‘Not the time to cut back’

Torres Community Shelter needs help after busiest year ever

Brad Montgomery, executive director of Torres Community Shelter, says this year’s holiday fundraising event is more important than ever.

Brad Montgomery, executive director of Torres Community Shelter, says this year’s holiday fundraising event is more important than ever.

Photo By Howard Hardee

Party for the shelter:
The Torres Community Shelter’s annual Christmas Tree Auction & Holiday Festival will be held at the Chico Masonic Family Center (1110 W. East Ave.) on Dec. 7, beginning at 6 p.m.
Festivities will include a silent auction, hors d’oeuvres, desserts, a no-host bar and music from the Christine LaPado-Breglia Trio and Sounds of the Valley Chorus.
Tickets are $35 and are available at Christian & Johnson, Zucchini & Vine, Made in Chico and the Torres Community Shelter.

During a recent tour of the Torres Community Shelter, Patrick Clark, a service coordinator and case manager, was preparing a can of chicken noodle soup for a guest who had fallen ill.

“When I’m sick, staying on the couch, having soup and shutting the world out are essential,” Clark explained. “Imagine the horror of being homeless and having a fever and throwing up without having a bed. When you’re feeling so sick and have absolutely no place [to go], it’s terrible.”

While flu season is an undoubtedly difficult time to be without a home, this winter is proving to be a challenge for the shelter itself. The busiest year in the shelter’s history was capped by a costly bed-bug infestation that, several weeks after a successful fumigation, continues to be a financial burden. All the while, construction crews are pushing to complete a 4,000-square-foot expansion—which will include a full commercial kitchen, case-management offices, a cafeteria and space for activities—by Christmas Day.

“It’s all added up to be a pretty hectic year,” said Brad Montgomery, the shelter’s executive director.

Additionally, ticket sales have been lackluster leading up to the shelter’s primary fundraising event—the annual Christmas Tree Auction & Holiday Festival on Dec. 7. In years past, the benefit has sold upward of 300 tickets and covered about a month’s worth of operation expenses.

It costs about $500,000 to run the shelter each year, but the money is well spent, Montgomery said. In the past fiscal year, the shelter housed a record 729 guests, about 300 of whom successfully transitioned to more stable living situations following their stay.

“That’s really impressive when you think about the wide variety of obstacles our guests face, some of them self-imposed,” Montgomery said. “[Helping] 300 people no longer live on the streets or in their cars is quite an accomplishment. We have a success story every 29 hours.”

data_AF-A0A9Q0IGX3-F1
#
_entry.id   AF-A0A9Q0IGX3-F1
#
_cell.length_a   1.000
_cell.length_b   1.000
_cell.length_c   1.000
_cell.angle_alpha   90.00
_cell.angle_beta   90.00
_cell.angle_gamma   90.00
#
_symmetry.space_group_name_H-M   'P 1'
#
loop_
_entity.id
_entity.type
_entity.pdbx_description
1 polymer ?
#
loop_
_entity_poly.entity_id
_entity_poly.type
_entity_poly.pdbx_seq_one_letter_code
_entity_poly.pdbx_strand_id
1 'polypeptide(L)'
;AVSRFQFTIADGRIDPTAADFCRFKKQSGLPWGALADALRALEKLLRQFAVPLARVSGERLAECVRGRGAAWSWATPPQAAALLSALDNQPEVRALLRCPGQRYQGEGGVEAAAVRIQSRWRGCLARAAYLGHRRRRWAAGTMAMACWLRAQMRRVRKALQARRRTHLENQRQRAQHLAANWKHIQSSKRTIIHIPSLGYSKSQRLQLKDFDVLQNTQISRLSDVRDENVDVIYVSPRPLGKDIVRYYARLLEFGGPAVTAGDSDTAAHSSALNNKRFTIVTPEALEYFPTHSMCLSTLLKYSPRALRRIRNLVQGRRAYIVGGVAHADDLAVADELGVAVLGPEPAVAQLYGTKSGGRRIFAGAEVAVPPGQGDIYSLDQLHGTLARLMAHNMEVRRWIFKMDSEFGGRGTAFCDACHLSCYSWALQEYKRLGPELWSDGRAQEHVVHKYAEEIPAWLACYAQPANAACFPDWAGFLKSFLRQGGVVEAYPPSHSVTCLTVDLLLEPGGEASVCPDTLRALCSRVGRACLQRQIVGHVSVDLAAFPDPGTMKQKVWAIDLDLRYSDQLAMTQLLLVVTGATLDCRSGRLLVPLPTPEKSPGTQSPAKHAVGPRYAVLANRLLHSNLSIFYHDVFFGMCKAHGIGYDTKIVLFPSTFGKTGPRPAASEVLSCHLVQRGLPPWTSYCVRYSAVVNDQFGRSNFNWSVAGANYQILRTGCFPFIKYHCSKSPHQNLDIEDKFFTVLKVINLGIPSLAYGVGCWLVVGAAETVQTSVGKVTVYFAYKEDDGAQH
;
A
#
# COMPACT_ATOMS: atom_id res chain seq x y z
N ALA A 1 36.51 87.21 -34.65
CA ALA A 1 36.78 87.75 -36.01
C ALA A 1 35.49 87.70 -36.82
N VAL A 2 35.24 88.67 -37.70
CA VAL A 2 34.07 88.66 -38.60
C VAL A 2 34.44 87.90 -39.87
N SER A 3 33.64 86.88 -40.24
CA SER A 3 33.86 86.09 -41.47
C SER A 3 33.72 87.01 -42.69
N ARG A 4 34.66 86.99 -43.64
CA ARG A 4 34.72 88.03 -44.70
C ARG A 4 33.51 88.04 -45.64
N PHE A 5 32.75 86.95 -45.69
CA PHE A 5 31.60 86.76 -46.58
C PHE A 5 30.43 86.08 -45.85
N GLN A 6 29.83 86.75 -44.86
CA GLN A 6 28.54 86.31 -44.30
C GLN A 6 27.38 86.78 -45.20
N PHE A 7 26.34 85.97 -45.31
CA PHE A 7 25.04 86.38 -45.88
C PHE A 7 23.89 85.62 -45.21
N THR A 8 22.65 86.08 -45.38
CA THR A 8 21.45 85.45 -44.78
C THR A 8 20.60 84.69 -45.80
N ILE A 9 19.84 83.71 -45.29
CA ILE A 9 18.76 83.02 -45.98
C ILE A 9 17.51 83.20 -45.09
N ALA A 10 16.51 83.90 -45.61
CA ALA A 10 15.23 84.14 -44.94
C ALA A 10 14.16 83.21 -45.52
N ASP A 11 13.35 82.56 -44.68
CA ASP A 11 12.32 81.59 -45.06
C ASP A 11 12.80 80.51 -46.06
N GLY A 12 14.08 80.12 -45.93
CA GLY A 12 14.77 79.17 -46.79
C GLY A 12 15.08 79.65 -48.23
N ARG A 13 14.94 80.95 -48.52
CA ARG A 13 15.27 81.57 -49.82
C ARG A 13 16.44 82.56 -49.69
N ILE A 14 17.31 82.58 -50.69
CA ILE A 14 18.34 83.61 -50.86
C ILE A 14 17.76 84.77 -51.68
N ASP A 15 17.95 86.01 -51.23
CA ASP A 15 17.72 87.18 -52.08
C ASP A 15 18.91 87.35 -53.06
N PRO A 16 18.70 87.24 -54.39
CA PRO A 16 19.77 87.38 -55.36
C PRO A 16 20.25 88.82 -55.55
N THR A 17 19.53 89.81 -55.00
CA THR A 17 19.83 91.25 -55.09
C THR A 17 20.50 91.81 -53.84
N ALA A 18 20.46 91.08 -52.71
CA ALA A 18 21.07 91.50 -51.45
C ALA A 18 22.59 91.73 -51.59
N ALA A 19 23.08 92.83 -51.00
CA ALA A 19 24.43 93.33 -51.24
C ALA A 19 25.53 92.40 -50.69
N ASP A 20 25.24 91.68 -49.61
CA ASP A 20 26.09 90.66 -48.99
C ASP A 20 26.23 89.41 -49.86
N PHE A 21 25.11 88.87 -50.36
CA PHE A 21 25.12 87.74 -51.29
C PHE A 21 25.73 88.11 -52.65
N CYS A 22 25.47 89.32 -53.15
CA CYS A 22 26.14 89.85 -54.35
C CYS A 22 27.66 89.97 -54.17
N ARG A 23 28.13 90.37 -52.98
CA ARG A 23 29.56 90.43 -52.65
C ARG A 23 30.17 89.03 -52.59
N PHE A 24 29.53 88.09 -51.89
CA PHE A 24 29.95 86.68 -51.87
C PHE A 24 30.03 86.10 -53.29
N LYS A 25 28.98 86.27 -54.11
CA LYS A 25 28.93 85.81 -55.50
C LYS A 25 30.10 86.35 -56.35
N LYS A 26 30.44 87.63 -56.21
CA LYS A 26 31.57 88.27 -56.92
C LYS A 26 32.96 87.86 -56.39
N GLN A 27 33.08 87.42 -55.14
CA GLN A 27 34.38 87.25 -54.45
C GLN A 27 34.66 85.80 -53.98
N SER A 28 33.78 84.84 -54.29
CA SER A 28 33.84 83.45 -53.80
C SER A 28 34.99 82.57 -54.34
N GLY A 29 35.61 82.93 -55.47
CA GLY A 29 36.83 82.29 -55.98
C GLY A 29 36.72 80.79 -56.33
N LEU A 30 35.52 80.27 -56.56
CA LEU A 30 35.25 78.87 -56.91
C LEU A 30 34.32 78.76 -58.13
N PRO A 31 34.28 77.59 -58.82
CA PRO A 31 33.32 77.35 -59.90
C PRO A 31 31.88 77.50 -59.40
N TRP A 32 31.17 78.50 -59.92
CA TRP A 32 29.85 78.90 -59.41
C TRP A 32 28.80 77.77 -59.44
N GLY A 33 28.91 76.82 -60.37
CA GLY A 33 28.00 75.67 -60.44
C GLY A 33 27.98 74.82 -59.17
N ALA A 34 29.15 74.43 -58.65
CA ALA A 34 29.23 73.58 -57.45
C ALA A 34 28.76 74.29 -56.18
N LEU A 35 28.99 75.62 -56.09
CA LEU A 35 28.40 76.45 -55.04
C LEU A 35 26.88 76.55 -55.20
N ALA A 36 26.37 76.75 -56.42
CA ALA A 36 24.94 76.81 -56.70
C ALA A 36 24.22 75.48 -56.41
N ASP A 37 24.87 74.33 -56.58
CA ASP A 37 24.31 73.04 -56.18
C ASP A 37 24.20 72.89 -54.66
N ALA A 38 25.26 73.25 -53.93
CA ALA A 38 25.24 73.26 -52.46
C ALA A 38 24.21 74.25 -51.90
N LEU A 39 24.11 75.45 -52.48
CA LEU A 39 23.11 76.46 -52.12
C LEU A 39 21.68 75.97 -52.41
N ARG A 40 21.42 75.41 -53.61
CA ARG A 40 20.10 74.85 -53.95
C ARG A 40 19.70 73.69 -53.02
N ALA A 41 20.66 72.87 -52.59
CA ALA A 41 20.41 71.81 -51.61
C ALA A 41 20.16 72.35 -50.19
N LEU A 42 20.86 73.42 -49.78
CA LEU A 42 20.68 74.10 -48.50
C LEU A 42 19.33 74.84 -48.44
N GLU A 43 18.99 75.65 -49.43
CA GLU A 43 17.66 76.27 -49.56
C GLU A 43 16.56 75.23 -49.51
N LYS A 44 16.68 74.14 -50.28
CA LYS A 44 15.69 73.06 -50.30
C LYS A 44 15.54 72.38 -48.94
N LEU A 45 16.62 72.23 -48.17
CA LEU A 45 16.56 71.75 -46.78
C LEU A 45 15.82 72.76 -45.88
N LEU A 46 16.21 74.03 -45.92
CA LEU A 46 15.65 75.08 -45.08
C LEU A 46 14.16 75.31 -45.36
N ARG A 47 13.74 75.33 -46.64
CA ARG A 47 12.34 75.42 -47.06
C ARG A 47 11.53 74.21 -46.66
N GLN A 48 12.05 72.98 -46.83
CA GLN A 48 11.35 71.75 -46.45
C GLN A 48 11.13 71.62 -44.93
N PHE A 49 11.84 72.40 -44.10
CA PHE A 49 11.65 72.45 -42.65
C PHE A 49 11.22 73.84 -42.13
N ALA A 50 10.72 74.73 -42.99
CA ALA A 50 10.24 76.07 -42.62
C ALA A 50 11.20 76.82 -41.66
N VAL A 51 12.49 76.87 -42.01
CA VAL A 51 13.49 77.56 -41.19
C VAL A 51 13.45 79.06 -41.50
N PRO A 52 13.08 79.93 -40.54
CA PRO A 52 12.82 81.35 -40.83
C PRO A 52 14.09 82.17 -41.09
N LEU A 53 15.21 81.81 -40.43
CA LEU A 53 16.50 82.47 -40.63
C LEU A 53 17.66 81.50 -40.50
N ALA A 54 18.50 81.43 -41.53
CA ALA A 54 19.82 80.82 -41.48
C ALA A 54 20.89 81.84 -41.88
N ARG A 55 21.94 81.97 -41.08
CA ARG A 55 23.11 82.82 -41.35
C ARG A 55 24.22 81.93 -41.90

The shelter’s troubles began in the spring, as guests reported being bitten by bed bugs; subsequent heat, spray insecticides and concentrated fumigation treatments failed to permanently eradicate the blood-sucking insects. Ultimately, the shelter was covered by a tent and underwent a fumigation process in mid-October that relocated guests to the First Baptist Church’s Fellowship Hall for three days.

Clark Pest Control offered its services on a discount—the fumigation itself still cost $11,500—but ongoing measures intended to keep the shelter pest-free have presented additional costs, Montgomery said. Those measures include inspections of guests’ bags and clothing upon entry, the installation of separate outside storage lockers for guests’ belongings and donations, and a new donation policy that refuses any clothing, blankets, linens or pillows removed from original packaging. The rule has caused the number of donations to decrease markedly, and makes providing such essential items more expensive.

But it appears the efforts have worked—no bed bugs have been reported since the fumigation, and on three occasions, inspections have prevented guests from reintroducing bed bugs to the facility.

Thus far, the shelter’s guests have been understanding and cooperative when subjected to searches, but Montgomery is concerned that may change as the infestation and relocation become more distant memories.

“I do worry, going forward, that someone who has never been here before is going to be offended by a search being one of the first things we do,” he said. “It’s a mistake to lose sight of the fact that [being searched] can be a pretty undignified experience.”

As for the upcoming holiday fund-raiser, Montgomery can do little more than hope ticket pre-sales are not an indication of how well-attended the event will be.

“Chico seems to make decisions at the last minute, which is nerve-wracking this time of year,” Montgomery said. “We get nervous when we’re a week out and only a handful of tickets have been purchased.”

Whether or not the benefit is a success will “have an impact on what we might be able to accomplish next year,” he said, alluding to the well-publicized homeless issues that have been at the forefront of public consciousness in recent months.

“Because of the problems we’re talking about as a community, this is not the time to cut back—we need to have more of an impact on the people currently deciding to stay outside every night.”

To donate, send checks payable to the Torres Community Shelter at 101 Silver Dollar Way, Chico, CA, 95928, or make a donation online at www.chicoshelter.org.